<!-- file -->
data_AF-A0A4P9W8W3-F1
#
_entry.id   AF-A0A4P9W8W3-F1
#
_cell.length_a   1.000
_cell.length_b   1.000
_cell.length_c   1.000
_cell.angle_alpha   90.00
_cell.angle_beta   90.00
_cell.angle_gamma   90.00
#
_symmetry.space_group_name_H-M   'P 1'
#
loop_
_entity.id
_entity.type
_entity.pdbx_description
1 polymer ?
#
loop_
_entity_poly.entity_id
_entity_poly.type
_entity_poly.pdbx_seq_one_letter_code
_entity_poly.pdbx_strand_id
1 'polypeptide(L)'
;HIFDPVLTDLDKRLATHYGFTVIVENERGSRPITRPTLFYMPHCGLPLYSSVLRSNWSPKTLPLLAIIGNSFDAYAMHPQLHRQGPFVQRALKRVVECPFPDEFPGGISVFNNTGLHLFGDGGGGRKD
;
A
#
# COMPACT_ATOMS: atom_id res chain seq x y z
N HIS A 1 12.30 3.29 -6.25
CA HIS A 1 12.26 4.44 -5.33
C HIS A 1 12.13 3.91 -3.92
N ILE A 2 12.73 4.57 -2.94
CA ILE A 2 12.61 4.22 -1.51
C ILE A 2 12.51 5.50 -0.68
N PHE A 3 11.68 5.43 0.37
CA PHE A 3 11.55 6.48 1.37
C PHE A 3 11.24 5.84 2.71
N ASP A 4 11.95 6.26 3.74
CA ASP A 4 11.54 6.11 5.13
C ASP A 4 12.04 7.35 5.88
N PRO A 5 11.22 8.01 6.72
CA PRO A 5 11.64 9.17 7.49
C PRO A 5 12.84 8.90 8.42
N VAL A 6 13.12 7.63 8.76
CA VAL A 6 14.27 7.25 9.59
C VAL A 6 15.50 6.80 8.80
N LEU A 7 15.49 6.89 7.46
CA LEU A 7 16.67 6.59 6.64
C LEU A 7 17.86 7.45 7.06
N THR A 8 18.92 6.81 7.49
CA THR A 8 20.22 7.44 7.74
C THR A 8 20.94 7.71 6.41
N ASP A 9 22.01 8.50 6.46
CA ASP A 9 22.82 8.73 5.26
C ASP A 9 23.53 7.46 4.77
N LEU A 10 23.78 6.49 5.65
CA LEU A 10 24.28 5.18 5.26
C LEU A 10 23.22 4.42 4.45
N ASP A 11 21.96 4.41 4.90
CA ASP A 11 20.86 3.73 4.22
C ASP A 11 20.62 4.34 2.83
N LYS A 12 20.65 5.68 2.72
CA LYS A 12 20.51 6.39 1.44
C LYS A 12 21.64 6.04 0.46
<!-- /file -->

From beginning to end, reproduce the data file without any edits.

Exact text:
data_AF-A0A4P9W8W3-F1
#
_entry.id   AF-A0A4P9W8W3-F1
#
_cell.length_a   1.000
_cell.length_b   1.000
_cell.length_c   1.000
_cell.angle_alpha   90.00
_cell.angle_beta   90.00
_cell.angle_gamma   90.00
#
_symmetry.space_group_name_H-M   'P 1'
#
loop_
_entity.id
_entity.type
_entity.pdbx_description
1 polymer ?
#
loop_
_entity_poly.entity_id
_entity_poly.type
_entity_poly.pdbx_seq_one_letter_code
_entity_poly.pdbx_strand_id
1 'polypeptide(L)'
;HIFDPVLTDLDKRLATHYGFTVIVENERGSRPITRPTLFYMPHCGLPLYSSVLRSNWSPKTLPLLAIIGNSFDAYAMHPQLHRQGPFVQRALKRVVECPFPDEFPGGISVFNNTGLHLFGDGGGGRKD
;
A
#
# COMPACT_ATOMS: atom_id res chain seq x y z
N HIS A 1 12.30 3.29 -6.25
CA HIS A 1 12.26 4.44 -5.33
C HIS A 1 12.13 3.91 -3.92
N ILE A 2 12.73 4.57 -2.94
CA ILE A 2 12.61 4.22 -1.51
C ILE A 2 12.51 5.50 -0.68
N PHE A 3 11.68 5.43 0.37
CA PHE A 3 11.55 6.48 1.37
C PHE A 3 11.24 5.84 2.71
N ASP A 4 11.95 6.26 3.74
CA ASP A 4 11.54 6.11 5.13
C ASP A 4 12.04 7.35 5.88
N PRO A 5 11.22 8.01 6.72
CA PRO A 5 11.64 9.17 7.49
C PRO A 5 12.84 8.90 8.42
N VAL A 6 13.12 7.63 8.76
CA VAL A 6 14.27 7.25 9.59
C VAL A 6 15.50 6.80 8.80
N LEU A 7 15.49 6.89 7.46
CA LEU A 7 16.67 6.59 6.64
C LEU A 7 17.86 7.45 7.06
N THR A 8 18.92 6.81 7.49
CA THR A 8 20.22 7.44 7.74
C THR A 8 20.94 7.71 6.41
N ASP A 9 22.01 8.50 6.46
CA ASP A 9 22.82 8.73 5.26
C ASP A 9 23.53 7.46 4.77
N LEU A 10 23.78 6.49 5.65
CA LEU A 10 24.28 5.18 5.26
C LEU A 10 23.22 4.42 4.45
N ASP A 11 21.96 4.41 4.90
CA ASP A 11 20.86 3.73 4.22
C ASP A 11 20.62 4.34 2.83
N LYS A 12 20.65 5.68 2.72
CA LYS A 12 20.51 6.39 1.44
C LYS A 12 21.64 6.04 0.46